The Yes Blog

7 Things You May Be Getting Wrong About Change Management

What do your company and diapers have in common? They’ve got to be changed regularly.

It’s not your fault. You’re not doing anything wrong. Your company (unlike diapers) isn’t full of crap. Rather, we live in a changing world and you’ve got changing goals, and so what got you to the present you’re in won’t get you to the future you want.

Change required.

Change Management Isn’t All It’s Cracked Up to Be

“Change Management” the way it’s usually practiced is a band-aid placed on the wound that is the fear that people have of failing at work. It’s too little, and often too late.

What you need is change readiness.

Remember gym class… or basketball practice? We learned the “ready position.” You’ve got your feet just a bit more than hip width apart. You’re on the balls of your feet. Your hands are up and out. And you’re not standing stock still. You’re shifting your weight, anticipating where the action might take you next.

You’re in ready to respond mode. If the ball moved, and you went into change management instead of being change ready, the coach would not have been happy with you. Your team-mates would not have been happy with you. The score board would have reflected… well… not much scoring.

And yet most companies, change management is the status quo. In other words, status quo is the status quo. How do I know? For one thing, look to the prevalence of the saying, “same shit, different day,” or, “another day, another dollar.” People are complacent, expecting the monotony of work they’ve come to expect.

You want an agile company? You need people in ready position.

There’s a huge gulf between RESISTING and ACCEPTING change, between accepting and EMBRACING, between embracing and DRIVING and between driving and INITIATING. Where on that continuum is your team? Where do you want them to be?

7 Change Management Misconceptions

The video below will walk you through them in some detail, and below that is a quick list.

  1. “People RESIST CHANGE” isn’t the full story. What’s more true is that people are afraid of failing. They resist risking failure. And our brains are wired to understand that the most likely way to survive until tomorrow is to do today exactly what I did yesterday. It worked. If you want people to execute change, you need to increase their chances of success while lowering the risk of failure.
  2. Many (most) leaders focus on what will be DIFFERENT. As we talked about above, different is scary. Yes, tell people what’s going to change. In order to help people embrace the unknown, you’ve also got to tell them what will remain the same. Remember going from middle school to high school? You likely said something like, “Well at least my friend Alice will be there.” Those familiar things that will remain can serve as an anchor in a storm, and as an orienting tool like the north star.
  3. “Change Management” isn’t a great way to think about leading change. It puts you BEHIND THE CURVE. If the first time you think about changing your oil is when your engine seizes up, you’re late. If the first time you think about getting your team through a change is when you’re faced with a change imperative NOW (like when COVID arrived) you’re late. You need them change ready. All the time.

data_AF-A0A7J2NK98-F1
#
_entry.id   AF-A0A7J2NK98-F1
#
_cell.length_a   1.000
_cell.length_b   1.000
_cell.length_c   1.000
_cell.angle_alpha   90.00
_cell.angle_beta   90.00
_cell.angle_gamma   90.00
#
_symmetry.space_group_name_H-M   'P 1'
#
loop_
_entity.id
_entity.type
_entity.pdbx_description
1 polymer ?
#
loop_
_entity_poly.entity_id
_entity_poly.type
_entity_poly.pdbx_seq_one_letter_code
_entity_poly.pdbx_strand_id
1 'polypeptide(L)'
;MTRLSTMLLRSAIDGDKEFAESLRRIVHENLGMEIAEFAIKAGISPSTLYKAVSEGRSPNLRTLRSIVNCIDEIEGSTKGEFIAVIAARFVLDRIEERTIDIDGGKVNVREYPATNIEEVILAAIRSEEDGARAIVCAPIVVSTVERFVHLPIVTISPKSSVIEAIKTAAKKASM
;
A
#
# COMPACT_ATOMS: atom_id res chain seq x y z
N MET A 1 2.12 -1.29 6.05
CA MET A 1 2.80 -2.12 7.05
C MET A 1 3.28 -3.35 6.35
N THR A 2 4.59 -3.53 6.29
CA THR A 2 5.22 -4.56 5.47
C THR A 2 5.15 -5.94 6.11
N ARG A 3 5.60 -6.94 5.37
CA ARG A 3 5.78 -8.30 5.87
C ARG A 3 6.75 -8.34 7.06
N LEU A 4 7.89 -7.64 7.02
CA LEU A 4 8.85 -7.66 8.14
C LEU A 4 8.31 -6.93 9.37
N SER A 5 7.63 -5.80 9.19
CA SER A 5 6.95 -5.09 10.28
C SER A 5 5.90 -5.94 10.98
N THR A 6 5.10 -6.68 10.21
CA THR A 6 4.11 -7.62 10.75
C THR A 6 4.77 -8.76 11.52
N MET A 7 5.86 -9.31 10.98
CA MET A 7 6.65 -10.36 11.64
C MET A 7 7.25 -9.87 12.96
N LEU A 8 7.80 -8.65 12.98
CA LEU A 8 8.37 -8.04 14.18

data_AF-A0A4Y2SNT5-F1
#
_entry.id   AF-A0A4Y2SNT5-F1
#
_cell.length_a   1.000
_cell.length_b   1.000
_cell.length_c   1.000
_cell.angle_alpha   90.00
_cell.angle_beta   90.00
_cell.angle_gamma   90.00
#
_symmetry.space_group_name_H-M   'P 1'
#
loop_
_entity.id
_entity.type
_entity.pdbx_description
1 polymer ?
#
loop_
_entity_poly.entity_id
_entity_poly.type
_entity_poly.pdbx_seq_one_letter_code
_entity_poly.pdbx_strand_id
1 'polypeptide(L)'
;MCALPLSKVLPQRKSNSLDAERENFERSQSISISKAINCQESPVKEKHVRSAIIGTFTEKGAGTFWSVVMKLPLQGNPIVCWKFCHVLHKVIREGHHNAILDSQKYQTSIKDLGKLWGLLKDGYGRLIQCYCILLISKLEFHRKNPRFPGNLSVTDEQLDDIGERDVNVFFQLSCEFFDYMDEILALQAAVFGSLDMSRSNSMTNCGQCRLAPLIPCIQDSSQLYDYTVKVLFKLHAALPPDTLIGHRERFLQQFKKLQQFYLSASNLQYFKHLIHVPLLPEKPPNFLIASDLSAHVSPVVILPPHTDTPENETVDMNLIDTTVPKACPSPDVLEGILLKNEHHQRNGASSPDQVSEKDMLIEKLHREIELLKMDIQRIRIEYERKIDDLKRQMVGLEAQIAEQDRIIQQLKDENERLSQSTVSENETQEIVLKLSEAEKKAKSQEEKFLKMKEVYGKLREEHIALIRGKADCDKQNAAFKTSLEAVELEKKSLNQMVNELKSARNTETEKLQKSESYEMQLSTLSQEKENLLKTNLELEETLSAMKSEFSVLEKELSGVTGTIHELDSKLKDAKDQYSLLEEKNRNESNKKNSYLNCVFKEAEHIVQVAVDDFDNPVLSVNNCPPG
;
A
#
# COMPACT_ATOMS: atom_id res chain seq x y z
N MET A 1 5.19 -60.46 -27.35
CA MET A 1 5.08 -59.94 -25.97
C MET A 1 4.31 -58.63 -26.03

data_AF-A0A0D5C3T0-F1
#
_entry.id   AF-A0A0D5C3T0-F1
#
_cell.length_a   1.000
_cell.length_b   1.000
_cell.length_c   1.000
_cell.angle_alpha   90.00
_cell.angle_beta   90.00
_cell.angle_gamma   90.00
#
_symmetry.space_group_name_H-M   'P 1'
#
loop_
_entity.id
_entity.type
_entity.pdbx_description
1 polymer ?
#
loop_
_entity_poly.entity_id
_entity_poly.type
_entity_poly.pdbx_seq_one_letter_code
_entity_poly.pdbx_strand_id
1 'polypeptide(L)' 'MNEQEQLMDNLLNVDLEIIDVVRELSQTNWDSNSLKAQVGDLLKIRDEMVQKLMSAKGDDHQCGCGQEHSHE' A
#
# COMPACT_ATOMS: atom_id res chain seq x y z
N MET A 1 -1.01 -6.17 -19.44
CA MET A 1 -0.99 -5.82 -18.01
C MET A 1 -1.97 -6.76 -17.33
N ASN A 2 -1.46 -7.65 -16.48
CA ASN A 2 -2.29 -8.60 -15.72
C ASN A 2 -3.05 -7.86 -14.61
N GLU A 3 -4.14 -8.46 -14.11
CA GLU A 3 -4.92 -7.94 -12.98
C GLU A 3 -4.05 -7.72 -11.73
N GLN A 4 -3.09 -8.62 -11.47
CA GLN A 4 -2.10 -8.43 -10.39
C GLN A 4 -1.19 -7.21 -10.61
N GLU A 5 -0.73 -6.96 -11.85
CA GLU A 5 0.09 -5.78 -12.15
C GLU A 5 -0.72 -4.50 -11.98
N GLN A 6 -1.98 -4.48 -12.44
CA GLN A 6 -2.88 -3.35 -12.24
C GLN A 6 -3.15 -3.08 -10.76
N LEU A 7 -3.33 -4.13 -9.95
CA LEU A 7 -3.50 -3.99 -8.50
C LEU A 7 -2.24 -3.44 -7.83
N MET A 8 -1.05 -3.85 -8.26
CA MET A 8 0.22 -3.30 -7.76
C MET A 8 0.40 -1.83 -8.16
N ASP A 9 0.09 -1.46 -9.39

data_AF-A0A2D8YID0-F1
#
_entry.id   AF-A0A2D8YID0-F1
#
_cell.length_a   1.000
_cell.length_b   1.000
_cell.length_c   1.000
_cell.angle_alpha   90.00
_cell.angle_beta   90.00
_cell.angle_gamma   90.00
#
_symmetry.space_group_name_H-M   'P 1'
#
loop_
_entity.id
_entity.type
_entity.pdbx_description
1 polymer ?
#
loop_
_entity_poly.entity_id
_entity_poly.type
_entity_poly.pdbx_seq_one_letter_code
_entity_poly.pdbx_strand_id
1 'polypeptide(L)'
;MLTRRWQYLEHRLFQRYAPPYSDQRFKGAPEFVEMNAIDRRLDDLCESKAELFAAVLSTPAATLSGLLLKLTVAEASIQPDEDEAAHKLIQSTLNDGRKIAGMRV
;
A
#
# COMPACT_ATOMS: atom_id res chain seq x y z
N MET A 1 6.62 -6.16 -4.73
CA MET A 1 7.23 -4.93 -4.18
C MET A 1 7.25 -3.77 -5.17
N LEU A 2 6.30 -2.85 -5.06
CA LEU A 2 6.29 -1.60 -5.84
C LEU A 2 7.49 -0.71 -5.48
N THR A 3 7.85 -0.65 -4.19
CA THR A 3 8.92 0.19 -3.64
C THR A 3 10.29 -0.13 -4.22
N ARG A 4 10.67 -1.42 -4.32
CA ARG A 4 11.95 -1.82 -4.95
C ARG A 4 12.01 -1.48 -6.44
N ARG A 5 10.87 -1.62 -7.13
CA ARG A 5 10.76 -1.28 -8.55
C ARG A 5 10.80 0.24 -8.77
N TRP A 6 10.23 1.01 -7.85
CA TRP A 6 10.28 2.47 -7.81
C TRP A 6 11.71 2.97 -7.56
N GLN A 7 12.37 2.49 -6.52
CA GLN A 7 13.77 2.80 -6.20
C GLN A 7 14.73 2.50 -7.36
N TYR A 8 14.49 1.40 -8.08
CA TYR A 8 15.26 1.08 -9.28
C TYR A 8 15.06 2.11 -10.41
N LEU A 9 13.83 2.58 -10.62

4. Your change plan is both CRUCIAL and INSUFFICIENT. A change plan is crucial because it gives you a framework for addressing contingencies, and lays out a logical progression, and it calms people. It’s insufficient because, “No plan survives first contact with the enemy.” And the enemy is everywhere. Are your people ready, willing, and able to engage the enemy and drive toward the objective anyway?
  5. Change Management typically views and handles change as the EXCEPTION. It says to people, “Let’s get through this, and you can relax on the other side.” What other side? Change IS, so make change a way of life, not an exception. There’s a huge gulf between RESISTING and ACCEPTING change, between accepting and EMBRACING, between embracing and DRIVING and between driving and INITIATING. Where on that continuum is your team? Where do you want them to be?
  6. STATUS QUO is the ENEMY every day, not just at CHANGE TIME. To be fair, the enemy is not actually status quo. The enemy is comfort. The status quo is comfortable. And as I heard a coach tell his team once when I was in high school, “Being comfortable never made nobody proud.”
  7. There’s no BALANCE to be struck between CHALLENGING people and SUPPORTING them. The pursuit of balance is trouble. It cannot be struck. Imagine any balancing act. There’s one precise point of balance, and it’s ever so easy to miss it and your house of cards falls. What you want is a marriage between support and challenge for a resilient and change ready team.

If you’d like to see your team adopt a “ready position” so your company is more agile, so people are initiating critical change and giving your company a competitive (even an unfair) advantage, feel free to reach out or book a call for a no-pitch conversation about how you can move your team and your company in that direction.

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